Lots of people donate money to charity.
An elite few, such as Norman and JoAnne Schaut, raise tens of thousands through their charitable events.
For the past 10 years, the Schauts have organized the Ocean City Fine Art and Handcraft Festival; the latest takes place Saturday. The couple figures $170,000 has been raised by the event has been donated to four charities during the past decade.
Beneficiaries have included the American Red Cross and the Atlantic City Rescue Mission. This year, Gilda’s Club South Jersey and the Church of the Redeemer in Longport, which was destroyed by fire last month, will be among the organizations benefiting from funds raised through admission fees and booth rentals at the crafts fair.
Norman Schaut thinks all the work is worth it.
“The more people you can help, the better you feel. It’s almost selfish. We feel so good,” Norman Schaut said.
Radio host Harry Hurley, of Egg Harbor Township, runs the “Hurley in the Morning” golf tournament, which has raised more than $300,000 that has been distributed among dozens of charities.
In Lower Township, the Brodesser family has staged a variety of events at their Beachcomber Camping Resort, resulting in more than $320,000 raised for the The Cape Regional Medical Center since 2000.
For the Schauts, raising cash for charities was a way to keep busy and to give back to the community.
Norman Schaut ran the Atlantique City antiques expo for 15 years in Atlantic City, until he sold it in 2001. Schaut retired, but he was not a fan of sitting around and doing nothing, so he and his wife, JoAnne, 65, started to do the legwork pretty quickly for an arts and crafts fair. Their juried shows have become an Ocean City institution during the past 10 years.
Four shows are held annually, including the one 10 a.m. to 5 p.m. Saturday at the Sports and Civic Center and at Carey Stadium between Fifth and Sixth streets just off the Boardwalk in Ocean City.
Michelle Chalmers, CEO of Gilda’s Club South Jersey, based in Linwood, said the organization is able to provide free support, education and hope to men, women and children touched by cancer with the help of people such as the Schauts.
Cape Regional Medical Center’s Cancer Center is named after Thomas and Claire Brodesser. Thomas Brodesser Jr. was a longtime member of the board of directors and is himself a cancer survivor.
He and his wife have personally donated about $1.3 million to the hospital, including a $1 million gift to the cancer center in 2008, said Ken Gomez.
But in 2001 the family, which has owned the Beachcomber Camping Resort for 37 years, got campers involved by organizing an auction with a volunteer auctioneer who was a camper, said the Brodessers’ daughter Tammy Gomez, 50. She and her husband, Ken Gomez, 50, have run the campground for 15 years.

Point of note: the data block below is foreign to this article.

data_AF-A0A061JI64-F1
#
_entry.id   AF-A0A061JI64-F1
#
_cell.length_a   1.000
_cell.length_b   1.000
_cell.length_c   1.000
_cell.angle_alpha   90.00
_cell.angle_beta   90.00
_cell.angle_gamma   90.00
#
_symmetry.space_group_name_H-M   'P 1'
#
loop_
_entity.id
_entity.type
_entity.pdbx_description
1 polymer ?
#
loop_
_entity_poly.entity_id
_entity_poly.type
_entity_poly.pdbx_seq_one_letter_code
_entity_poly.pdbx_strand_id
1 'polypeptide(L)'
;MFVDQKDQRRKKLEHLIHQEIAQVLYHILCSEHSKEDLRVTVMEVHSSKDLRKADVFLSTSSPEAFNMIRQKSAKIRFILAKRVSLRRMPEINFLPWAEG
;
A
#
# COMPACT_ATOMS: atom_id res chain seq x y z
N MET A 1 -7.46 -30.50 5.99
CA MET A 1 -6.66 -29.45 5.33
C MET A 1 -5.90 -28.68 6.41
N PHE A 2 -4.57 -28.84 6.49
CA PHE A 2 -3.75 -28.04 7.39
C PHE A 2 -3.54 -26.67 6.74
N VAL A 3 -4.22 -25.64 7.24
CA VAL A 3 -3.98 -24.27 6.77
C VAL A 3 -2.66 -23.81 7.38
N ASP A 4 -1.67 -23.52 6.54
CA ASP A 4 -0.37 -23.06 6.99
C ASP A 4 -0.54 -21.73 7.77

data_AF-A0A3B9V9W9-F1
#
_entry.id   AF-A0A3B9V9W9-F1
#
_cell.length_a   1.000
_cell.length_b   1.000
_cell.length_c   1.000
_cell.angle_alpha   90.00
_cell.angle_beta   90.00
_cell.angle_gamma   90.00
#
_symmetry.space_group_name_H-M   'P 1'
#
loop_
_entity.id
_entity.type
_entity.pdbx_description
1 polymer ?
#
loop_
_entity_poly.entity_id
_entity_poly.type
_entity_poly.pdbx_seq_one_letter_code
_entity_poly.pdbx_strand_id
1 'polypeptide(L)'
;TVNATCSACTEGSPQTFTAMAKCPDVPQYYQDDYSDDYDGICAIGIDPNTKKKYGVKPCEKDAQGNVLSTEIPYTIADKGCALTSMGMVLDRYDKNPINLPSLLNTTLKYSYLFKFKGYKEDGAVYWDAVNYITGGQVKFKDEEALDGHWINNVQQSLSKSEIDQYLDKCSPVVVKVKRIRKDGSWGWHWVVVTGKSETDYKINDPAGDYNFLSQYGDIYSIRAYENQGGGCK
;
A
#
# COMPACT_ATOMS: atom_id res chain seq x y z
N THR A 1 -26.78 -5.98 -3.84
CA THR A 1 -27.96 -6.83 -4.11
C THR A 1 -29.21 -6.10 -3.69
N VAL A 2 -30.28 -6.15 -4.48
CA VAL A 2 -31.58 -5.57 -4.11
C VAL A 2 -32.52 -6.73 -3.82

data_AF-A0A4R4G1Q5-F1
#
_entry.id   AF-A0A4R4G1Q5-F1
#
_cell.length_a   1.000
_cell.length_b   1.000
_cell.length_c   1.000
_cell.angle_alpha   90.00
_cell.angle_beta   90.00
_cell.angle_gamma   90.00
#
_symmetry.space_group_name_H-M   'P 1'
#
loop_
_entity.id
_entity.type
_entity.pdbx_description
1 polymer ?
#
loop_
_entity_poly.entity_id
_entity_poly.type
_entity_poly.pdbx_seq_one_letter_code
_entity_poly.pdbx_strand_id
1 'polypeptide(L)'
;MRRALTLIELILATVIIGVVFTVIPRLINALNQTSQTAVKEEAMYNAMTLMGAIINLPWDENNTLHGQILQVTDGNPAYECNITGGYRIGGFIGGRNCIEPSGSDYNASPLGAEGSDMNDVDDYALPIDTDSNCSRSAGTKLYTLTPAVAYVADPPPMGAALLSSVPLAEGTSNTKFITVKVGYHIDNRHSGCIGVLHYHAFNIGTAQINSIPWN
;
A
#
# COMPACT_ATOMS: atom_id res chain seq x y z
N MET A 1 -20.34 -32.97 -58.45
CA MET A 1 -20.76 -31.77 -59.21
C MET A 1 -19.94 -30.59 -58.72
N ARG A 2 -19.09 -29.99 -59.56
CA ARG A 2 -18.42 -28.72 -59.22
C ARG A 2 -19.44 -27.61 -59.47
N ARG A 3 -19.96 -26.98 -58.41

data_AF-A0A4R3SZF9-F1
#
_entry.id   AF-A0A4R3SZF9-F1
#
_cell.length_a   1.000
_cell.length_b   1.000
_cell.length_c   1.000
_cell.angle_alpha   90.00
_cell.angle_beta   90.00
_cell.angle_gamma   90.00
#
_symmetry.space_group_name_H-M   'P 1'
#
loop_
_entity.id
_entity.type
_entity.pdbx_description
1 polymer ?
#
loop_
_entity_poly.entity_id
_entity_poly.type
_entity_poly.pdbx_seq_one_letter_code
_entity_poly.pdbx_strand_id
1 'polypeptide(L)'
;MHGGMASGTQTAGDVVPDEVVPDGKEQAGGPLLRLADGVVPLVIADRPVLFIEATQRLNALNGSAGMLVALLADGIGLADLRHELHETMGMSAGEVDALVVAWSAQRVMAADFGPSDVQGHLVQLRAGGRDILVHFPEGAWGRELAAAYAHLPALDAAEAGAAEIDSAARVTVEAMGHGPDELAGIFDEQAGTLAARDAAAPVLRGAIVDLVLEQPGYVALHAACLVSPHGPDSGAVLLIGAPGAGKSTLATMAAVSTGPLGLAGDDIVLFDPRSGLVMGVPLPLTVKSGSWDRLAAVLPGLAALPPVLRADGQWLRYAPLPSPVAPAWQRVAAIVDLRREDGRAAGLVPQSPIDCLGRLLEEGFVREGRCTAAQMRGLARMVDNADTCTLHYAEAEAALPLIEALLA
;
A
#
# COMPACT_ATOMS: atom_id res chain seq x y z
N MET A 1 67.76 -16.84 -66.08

The first year the campground raised about $9,500 said Ken Gomez.
Now the campground raises more than $25,000 a year through a multi-event effort, using the volunteer help of staff and campers who run a polar bear swim in the lake around opening day, April 15; an auction supported by donations from local businesses, which donate gift certificates, items and services; a carnival with dunk tank, food and games; and a haunted hayride in October, just before the campground closes.
The events are for about 4,000 campers that populate the 550 campsites at the resort, Tammy Gomez said. They are not open to the general public.
Hurley learned through his parents, especially his father Thomas Hurley, what it meant to be charitable.
Even though they had five children of their own, Hurley’s parents still took in other children who needed homes. As an adult, Hurley entered the big leagues of charitable fundraising with the establishment of the golf open. Five events have been held since 2008 on the third Friday of June each year at the Mays Landing Golf & Country Club. They have raised more than $300,000 and helped dozens of charities.
“There are a lot of charities that work really hard, and they give everything to one entity. We commend them for it. We respect them on every level.
“I look at it differently. I want to help as many charities as we can. We usually name three or four (charities) about a year in advance, and they will receive up to $10,000 each. Then, for another 50 or more charities, we will give other grants — some are $5,000, some are $2,500, many are $1,000, many are $500,” said Hurley, 52.
Over the years, Hurley raised money during his radio show for places in need, such as Holy Spirit High School and Sister Jean’s Kitchen in Atlantic City. In 2007, the idea came to him to do it in an organized way with a charitable foundation.
Hurley was told he would be lucky to raise $5,000 during his first golf tournament, but he knew he could raise $8,000 at one time over the radio, so he had some confidence. He raised $37,500 with his first event.
The golf tournament takes a year to organize. One of the reasons Hurley recently switched from doing an afternoon show on WOND-AM 1400 and returned to a morning show on WENJ-AM 1450 on July 2 was that the morning shift works better for organizing the golf tournament and his annual dinner, where he started holding a silent auction for charity this year.
Court Appointed Special Advocates of Cape May and Atlantic Counties, CASA, received $10,000 last year from the tournament.
Hurley was told that the donation kept the organization from laying off a staff person. The donation from Hurley’s golf tournament ranks up there among the Top 10 the organization has ever received, said Karen DeRosa, director of community development for CASA for Children, based in Somers Point.
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